Sunday, August 24, 2008

"We've been blessed" -- I've been bullshitted

I was talking with an acquaintance at the birthday party for a good friend's daughter yesterday. We talked about the bad economy. He said he got the equity out of his house just before the economy collapsed almost a year ago, so he and his family had enough money to ride out the storm. "Good job," I said. "Yeah, we've been blessed," he said with serious doe eyes that started to tear up.

"Sounds like you did some good planning," I said, trying to be subtle.
"Yeah, we were fortunate," he said, blowing smoke from his cigarette.

I finished my cigarette he'd offered me, stamped it out and said, "Well, I'll go back inside and see what my daughter is doing on the trampoline."

Occasionally, in such conversations, I'll push the envelope and ask, "What do you mean by 'blessed'"? But such questions usually elicit a response of befuddlement -- or anger, if they know I'm an objective atheist and know where I'm going with the conversation.

Whenever I hear "blessed" or "gifted" or "fortunate" or "grace," I shudder to think of what era we still find ourselves in modern life. If we survive as a human race, our ancestors will look back on our era and lump it in with the early mystics of 3,000 years ago and all those in between. Our era will be known as the Age of Mysticism, sprinkled with a dose of humanism but still horribly ancient and primitive.

The man above had made himself completely unaware of the smirking implications of his statement: That there is somehow a god, that that god is somehow looking out for him but not others (who are not "blessed" in our trying times), that he and his family somehow warrant that extra measure of fondness and care from his fictional god. The intellectual and moral hubris is astounding.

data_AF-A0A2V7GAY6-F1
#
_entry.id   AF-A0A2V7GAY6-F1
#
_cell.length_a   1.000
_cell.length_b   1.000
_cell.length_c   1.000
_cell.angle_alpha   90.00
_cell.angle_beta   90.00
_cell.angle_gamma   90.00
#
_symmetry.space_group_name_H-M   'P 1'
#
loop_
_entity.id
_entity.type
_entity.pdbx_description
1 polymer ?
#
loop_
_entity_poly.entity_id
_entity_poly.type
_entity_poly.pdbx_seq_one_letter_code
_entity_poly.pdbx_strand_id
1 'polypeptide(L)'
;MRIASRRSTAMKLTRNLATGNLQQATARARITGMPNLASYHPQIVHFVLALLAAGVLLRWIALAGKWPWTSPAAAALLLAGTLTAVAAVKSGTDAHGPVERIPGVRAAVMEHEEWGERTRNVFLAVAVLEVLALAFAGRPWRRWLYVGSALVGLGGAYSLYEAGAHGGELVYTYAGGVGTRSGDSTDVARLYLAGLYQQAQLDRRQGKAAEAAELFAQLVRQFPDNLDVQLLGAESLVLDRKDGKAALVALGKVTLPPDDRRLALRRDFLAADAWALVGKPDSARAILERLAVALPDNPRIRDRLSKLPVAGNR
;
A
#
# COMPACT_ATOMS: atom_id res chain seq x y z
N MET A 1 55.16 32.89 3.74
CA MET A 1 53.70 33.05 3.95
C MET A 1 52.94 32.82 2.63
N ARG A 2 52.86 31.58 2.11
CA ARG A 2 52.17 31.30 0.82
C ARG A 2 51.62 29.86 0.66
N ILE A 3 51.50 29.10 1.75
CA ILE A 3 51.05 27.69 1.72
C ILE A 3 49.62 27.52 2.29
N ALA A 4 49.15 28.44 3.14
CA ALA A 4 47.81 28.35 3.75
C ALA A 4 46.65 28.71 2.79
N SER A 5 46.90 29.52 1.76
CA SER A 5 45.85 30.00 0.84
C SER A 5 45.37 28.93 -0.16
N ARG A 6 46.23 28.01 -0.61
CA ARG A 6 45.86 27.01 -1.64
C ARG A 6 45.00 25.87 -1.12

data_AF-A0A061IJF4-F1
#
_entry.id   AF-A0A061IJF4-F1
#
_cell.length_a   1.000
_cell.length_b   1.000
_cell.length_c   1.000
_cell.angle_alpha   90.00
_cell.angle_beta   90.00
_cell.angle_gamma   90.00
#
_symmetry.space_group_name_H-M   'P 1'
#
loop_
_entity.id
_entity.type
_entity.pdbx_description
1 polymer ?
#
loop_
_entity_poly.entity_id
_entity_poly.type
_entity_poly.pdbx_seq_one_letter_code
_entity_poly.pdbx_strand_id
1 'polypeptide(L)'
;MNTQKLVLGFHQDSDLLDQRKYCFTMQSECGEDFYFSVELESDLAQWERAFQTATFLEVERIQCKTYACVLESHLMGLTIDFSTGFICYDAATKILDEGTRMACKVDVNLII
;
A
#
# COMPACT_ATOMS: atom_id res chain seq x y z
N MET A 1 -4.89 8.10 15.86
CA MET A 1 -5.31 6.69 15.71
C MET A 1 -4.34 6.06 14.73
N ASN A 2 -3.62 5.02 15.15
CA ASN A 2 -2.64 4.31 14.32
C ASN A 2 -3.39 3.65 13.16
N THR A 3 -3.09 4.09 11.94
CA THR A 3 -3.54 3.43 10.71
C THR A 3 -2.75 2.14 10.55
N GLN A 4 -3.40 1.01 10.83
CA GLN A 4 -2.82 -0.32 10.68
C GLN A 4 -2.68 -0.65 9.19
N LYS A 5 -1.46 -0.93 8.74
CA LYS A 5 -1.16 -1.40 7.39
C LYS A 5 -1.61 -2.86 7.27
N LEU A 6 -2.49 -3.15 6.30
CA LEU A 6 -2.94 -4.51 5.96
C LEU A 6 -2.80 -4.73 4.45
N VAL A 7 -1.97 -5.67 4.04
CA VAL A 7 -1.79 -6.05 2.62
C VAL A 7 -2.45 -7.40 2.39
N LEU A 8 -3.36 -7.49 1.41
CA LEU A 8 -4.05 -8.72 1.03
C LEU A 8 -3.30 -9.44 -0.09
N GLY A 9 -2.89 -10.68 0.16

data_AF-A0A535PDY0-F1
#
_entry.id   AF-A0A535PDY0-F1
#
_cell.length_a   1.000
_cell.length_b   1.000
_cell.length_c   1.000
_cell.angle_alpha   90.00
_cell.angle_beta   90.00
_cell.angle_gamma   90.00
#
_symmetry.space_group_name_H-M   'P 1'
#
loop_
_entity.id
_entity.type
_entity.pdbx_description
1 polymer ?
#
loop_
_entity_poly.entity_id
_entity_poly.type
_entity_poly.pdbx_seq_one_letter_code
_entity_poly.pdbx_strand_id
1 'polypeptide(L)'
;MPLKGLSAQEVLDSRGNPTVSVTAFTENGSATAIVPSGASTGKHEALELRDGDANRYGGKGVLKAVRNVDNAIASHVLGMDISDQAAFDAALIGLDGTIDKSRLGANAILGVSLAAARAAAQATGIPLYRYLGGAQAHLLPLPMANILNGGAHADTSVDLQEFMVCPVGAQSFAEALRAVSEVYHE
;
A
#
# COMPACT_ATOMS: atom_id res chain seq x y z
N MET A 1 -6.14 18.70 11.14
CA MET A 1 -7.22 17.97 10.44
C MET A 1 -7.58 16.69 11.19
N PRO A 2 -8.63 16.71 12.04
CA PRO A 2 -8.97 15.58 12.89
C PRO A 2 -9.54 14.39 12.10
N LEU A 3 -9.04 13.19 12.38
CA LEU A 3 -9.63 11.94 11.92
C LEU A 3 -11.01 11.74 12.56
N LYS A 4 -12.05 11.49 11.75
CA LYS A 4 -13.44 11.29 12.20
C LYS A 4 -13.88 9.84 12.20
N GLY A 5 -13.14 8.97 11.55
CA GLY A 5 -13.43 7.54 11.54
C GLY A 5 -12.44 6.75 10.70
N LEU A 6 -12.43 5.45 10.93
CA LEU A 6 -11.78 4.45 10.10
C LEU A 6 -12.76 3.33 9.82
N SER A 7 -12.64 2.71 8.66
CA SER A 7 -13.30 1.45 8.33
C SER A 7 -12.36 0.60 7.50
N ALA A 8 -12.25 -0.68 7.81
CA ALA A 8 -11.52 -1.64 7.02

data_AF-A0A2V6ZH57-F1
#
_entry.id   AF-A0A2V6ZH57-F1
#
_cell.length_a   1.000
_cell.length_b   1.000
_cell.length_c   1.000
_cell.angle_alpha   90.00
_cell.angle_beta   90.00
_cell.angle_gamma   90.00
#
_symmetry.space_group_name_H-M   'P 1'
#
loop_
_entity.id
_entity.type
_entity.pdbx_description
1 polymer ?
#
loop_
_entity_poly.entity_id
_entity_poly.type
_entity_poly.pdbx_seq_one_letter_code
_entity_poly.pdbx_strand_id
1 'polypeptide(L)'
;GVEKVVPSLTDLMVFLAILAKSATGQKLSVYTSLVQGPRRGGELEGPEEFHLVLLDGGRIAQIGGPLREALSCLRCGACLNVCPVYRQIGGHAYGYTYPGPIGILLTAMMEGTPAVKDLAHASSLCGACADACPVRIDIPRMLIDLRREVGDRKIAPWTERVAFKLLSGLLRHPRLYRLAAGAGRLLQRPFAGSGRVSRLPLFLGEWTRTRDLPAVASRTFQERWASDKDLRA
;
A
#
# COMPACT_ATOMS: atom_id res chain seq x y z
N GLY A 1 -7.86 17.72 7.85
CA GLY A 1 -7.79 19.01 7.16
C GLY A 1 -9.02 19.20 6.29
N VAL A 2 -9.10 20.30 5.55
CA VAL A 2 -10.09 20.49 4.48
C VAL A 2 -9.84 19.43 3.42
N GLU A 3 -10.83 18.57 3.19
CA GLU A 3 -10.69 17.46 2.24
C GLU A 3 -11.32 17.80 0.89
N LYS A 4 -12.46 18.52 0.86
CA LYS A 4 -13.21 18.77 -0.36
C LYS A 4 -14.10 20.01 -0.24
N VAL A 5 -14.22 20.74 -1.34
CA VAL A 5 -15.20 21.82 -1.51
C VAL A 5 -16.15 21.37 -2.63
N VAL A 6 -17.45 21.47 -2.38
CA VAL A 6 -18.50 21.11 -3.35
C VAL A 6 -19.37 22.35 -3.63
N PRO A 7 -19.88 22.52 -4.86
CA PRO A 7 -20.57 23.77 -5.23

How on Earth (literally) can the rest of us expect such a mercilessly mystical nightmare of a being to EVER understand what it means to be responsible for one's own life and thoughts, meticulously examining every aspect of the nature of humans and the universe, the nature of rationality, the nature of ethics, and the nature of politics to arrive at a definition of reason and virtue and liberty -- and then demand to live by those definitions to achieve happiness and to leave others alone to pursue their own happiness?

The answer, of course, is it's virtually impossible once such men and women have surrendered their own rational hegemony for a wish, for a mystical construct. Few, a very few, will actually re-evaluate all of the above and be honest.

The one bright light in this modern mess we find ourselves in is Ayn Rand's philosophy of egoism and rationality -- and the thousands of us who have determined to be honest, as well as the Ayn Rand Institute and other such organizations whose lifeblood is our donations to help reach those whose minds truly yearn to understand and live freely under the guiding hand of rationality. One of ARI's primary projects is to catch young minds before they have an almost inextricable inertia toward subjectivism -- the philosophy of believing what one wishes, according to feelings and preconceived notions and irrational ideologies, rather than the facts of reality.

To see thousands more each year agreeing with Rand and becoming part of a formidable force of intellect and integrity is heartening -- quite heartening. Eventually, if we have enough time, we'll defeat our "blessed" foes and inaugurate an era that our distant ancestors will proudly call The Age of Reason.

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